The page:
(Economist) With so many conflicts in the world, Nagorno-Karabakh gets little attention. The bloody fighting between Armenian and Azerbaijani forces in the mountainous enclave this week was a reminder that it should. Tanks and artillery traded fire; at least 50 people were killed in four days. The spectre loomed of a wider war, one that could draw in Russia, Turkey and Iran. A ceasefire brokered in Moscow on April 5th appears to be holding for now. But it brought the two foes no closer to peace. […]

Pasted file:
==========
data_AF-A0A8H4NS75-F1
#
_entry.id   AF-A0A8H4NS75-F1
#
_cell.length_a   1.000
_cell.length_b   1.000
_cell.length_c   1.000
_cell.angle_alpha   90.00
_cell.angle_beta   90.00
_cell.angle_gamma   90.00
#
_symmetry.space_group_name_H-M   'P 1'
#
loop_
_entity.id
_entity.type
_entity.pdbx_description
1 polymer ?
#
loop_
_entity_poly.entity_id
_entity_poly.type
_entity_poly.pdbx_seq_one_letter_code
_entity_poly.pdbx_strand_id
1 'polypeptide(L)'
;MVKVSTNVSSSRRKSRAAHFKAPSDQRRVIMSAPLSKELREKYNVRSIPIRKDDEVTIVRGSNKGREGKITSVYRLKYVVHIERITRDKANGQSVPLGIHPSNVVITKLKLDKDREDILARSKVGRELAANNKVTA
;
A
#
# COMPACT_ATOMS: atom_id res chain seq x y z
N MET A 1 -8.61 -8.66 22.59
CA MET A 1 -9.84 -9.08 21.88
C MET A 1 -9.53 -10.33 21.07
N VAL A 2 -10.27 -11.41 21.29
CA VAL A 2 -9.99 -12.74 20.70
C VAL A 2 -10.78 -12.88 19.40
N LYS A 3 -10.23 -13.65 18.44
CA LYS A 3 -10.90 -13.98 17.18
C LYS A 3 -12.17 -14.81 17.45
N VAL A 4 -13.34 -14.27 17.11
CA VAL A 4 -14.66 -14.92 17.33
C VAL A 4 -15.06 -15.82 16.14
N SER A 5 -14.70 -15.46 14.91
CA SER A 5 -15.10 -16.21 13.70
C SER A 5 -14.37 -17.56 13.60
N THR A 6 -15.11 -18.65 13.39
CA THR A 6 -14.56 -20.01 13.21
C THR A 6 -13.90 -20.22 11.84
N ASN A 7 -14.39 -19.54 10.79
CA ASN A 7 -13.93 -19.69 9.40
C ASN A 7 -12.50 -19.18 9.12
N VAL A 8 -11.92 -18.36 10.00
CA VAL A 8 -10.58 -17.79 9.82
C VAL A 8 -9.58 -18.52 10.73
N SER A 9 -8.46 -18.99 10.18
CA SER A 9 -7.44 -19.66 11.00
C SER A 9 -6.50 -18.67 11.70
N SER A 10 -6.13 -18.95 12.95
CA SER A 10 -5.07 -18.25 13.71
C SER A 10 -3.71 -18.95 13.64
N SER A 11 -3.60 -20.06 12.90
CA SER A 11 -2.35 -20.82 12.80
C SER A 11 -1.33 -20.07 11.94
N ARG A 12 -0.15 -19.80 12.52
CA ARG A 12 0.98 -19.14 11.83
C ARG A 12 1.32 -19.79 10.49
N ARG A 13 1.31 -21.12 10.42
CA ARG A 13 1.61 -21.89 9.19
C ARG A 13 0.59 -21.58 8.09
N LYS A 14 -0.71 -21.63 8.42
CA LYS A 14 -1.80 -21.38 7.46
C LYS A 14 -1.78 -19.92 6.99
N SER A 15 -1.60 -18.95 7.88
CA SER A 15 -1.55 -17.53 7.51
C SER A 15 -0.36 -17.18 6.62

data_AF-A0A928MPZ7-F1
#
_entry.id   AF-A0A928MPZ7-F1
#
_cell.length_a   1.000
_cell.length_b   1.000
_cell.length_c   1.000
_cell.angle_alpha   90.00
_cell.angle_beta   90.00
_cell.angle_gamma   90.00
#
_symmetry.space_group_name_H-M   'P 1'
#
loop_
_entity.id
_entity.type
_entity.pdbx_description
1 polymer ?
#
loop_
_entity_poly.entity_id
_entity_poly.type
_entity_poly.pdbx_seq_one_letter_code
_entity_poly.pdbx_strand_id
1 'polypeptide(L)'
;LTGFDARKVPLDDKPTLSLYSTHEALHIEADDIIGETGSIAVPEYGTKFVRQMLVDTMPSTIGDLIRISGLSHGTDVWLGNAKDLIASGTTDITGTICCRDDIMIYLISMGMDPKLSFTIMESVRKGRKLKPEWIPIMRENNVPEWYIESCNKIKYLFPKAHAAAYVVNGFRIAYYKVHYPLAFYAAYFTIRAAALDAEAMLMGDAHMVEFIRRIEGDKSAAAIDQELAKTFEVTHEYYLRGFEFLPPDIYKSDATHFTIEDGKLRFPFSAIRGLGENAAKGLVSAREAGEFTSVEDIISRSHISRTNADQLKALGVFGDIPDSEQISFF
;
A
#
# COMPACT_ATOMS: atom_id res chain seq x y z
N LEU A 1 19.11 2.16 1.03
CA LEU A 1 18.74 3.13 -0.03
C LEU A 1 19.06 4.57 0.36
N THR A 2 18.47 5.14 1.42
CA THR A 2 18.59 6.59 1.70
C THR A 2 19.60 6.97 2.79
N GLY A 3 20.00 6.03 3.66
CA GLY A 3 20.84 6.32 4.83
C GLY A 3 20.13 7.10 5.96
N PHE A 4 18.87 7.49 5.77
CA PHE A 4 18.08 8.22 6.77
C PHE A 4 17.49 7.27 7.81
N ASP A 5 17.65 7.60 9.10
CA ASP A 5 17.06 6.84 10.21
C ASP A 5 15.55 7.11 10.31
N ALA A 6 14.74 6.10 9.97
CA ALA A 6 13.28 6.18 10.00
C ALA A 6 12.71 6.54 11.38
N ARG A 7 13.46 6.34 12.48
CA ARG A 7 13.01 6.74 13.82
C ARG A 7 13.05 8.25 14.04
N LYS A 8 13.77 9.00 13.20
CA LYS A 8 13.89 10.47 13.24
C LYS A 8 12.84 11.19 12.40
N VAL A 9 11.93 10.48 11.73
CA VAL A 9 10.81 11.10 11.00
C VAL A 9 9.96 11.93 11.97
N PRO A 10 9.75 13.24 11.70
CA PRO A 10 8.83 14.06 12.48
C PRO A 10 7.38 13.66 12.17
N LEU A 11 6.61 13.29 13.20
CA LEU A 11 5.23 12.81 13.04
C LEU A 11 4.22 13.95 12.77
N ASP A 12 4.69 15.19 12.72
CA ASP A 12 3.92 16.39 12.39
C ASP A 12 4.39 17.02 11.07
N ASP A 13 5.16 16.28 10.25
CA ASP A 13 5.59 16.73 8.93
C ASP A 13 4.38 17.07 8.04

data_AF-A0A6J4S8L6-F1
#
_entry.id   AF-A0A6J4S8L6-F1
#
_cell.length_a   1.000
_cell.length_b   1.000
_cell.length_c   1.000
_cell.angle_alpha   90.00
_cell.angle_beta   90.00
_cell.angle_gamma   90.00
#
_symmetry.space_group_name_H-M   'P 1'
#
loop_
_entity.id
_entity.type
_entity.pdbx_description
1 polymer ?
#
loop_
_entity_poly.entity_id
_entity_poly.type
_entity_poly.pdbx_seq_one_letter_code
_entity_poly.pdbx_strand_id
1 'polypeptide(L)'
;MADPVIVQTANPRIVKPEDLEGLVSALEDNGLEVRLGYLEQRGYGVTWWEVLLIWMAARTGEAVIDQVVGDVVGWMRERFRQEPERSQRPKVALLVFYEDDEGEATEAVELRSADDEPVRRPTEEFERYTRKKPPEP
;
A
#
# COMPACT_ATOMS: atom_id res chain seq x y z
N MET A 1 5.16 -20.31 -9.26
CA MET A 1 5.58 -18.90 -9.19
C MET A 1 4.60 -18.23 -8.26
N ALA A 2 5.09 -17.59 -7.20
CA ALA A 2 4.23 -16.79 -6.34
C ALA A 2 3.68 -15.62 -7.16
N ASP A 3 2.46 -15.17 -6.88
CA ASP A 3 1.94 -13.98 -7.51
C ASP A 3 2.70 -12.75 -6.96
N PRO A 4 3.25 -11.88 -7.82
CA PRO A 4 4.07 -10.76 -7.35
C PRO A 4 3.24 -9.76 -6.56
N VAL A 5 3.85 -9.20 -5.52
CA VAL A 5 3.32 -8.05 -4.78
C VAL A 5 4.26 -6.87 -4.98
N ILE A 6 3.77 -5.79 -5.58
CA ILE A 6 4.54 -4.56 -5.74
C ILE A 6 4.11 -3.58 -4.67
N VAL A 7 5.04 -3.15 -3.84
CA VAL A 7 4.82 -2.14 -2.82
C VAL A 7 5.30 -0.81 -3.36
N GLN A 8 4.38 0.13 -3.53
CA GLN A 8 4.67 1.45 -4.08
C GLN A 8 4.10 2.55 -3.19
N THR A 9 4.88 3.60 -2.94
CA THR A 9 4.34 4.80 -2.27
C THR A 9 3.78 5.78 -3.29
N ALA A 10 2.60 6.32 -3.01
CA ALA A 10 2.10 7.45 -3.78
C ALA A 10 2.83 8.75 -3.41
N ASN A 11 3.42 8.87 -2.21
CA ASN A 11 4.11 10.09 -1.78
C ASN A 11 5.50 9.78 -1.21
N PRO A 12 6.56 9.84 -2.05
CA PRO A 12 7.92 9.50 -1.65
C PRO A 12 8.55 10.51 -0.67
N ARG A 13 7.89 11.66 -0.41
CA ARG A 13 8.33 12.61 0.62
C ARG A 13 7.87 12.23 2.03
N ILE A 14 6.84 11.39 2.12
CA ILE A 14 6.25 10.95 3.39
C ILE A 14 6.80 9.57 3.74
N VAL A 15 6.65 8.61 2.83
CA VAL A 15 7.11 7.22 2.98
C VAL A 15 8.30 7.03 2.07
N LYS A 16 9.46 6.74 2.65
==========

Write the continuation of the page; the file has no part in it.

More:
At home, the political dividends were immediate. The brief war “created euphoria”, says Anar Valiyev, a Baku-based analyst. The government boasted of newfound military superiority, the result of the oil-rich state’s expansion of defence spending (from $177m in 2003 to $3 billion in 2015). Casualties were seen as justified. “The people are hungry for victories,” says Mr Valiyev.
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